After the recent breach at web security certificate authority DigiNotar, and with fears that others have been compromised too, Mozilla has ordered certificate issuers to get their own house in order.
It's giving them until 16 September to audit their own internal security systems and assure Mozilla that they haven't been compromised.
"Participation in Mozilla's root program is at our sole discretion, and
we will take whatever steps are necessary to keep our users safe," it warns.
Following last week's breach at DigiNotar, hacker Comodo boasted that he'd penetrated the networks of GlobalSign and three other certificate authorities.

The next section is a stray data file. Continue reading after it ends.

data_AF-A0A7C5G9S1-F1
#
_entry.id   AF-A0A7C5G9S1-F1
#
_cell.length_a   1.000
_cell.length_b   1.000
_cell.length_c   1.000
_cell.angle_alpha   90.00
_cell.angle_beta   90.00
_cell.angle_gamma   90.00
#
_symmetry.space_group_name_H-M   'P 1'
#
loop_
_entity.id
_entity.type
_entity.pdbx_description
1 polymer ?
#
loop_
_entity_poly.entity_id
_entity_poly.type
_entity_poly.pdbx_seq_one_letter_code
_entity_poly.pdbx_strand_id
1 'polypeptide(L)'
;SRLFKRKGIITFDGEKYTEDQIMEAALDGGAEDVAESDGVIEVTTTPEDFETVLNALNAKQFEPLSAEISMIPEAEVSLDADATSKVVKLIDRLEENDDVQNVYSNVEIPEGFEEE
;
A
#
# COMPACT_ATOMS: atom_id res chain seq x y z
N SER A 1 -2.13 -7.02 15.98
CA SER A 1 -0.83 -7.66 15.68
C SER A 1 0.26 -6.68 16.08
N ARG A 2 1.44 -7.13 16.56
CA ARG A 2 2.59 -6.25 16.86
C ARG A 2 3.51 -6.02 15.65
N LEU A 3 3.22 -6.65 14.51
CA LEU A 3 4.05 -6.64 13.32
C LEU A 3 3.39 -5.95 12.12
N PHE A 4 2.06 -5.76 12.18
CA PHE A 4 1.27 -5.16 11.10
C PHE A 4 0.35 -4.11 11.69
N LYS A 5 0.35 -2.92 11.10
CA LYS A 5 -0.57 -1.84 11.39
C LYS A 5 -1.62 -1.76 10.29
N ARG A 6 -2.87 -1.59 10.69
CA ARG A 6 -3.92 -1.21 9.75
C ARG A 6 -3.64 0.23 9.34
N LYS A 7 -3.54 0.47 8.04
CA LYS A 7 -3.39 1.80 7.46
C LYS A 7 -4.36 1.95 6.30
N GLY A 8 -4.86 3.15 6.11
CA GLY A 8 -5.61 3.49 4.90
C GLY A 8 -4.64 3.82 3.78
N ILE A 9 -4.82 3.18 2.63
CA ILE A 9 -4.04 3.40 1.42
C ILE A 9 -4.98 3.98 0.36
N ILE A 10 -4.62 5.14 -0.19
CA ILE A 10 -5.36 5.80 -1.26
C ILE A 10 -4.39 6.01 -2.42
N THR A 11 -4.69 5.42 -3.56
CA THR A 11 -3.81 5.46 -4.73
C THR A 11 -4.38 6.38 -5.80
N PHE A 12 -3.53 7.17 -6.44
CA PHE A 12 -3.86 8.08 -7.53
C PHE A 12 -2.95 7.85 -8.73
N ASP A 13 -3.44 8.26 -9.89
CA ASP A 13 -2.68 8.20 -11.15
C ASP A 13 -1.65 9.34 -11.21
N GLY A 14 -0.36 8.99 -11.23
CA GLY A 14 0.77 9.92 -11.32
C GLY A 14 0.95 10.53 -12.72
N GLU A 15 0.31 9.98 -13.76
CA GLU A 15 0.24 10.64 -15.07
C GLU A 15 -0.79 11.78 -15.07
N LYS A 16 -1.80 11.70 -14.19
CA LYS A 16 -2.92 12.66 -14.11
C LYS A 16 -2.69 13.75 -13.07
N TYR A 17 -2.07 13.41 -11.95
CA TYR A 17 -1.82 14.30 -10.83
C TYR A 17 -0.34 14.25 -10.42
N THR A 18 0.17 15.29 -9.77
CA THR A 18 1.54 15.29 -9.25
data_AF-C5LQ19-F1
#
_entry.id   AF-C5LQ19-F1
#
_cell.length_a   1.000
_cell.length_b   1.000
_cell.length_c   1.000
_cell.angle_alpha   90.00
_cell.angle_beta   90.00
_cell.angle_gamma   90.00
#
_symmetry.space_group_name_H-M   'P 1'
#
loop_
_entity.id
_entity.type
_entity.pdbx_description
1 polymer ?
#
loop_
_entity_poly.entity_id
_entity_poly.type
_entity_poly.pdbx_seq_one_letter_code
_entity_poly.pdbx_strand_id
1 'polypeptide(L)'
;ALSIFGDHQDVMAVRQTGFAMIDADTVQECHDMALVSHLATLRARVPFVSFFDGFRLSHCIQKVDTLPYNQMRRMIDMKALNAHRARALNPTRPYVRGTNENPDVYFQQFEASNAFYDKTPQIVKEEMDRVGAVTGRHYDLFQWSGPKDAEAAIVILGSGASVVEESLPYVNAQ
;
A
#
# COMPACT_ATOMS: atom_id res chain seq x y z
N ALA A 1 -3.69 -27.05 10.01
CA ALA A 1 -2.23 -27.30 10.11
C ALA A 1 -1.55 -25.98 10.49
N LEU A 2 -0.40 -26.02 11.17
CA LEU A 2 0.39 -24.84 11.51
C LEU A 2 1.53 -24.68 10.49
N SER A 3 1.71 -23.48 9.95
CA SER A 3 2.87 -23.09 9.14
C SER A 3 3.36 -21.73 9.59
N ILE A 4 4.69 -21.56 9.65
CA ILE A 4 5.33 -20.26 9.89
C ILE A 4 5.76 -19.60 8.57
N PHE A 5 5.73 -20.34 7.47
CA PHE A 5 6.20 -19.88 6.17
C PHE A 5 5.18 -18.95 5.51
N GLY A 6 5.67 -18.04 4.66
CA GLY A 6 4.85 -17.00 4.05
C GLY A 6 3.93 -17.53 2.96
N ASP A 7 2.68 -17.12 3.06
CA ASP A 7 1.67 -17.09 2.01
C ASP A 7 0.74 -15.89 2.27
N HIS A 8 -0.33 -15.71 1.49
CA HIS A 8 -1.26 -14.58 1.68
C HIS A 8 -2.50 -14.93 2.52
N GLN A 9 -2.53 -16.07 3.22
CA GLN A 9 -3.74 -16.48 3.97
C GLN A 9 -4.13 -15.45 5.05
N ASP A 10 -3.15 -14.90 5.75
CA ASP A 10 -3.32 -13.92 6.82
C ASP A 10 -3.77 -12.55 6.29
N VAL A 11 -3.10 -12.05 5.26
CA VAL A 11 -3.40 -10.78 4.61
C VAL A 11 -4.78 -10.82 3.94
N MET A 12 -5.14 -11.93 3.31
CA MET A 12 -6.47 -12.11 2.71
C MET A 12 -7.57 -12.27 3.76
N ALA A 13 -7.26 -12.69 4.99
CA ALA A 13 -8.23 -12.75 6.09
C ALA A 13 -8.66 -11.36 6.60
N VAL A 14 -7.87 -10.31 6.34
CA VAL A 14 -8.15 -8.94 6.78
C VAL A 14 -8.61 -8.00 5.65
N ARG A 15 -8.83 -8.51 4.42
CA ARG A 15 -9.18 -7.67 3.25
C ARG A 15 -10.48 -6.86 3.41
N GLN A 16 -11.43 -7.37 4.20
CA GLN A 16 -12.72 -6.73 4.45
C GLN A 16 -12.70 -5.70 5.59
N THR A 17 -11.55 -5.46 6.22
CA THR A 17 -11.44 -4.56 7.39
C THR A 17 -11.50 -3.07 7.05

Mozilla is calling on certificate issuers to review their systems for signs that there may have been an intrusion, and to audit their public key infrastructure (PKI).
They'll also need to put in place automatic blocks for high-profile domains, such as those targeted in the DigiNotar and Comodo attacks.
The whole affair should be a wake-up call for the many companies that have been too willing to put their trust in PKI, says
Tsion Gonen, vice president at SafeNet.
"Public key infrastructure is the most insecure 'security' technology ever created," he says.
"If the certificate is compromised, the entire PKI environment is compromised. Utilizing PKI without the proper underlying security processes can actually make an organization less secure. It is akin to having a safe where you keep all of your valuables, but failing to install a lock."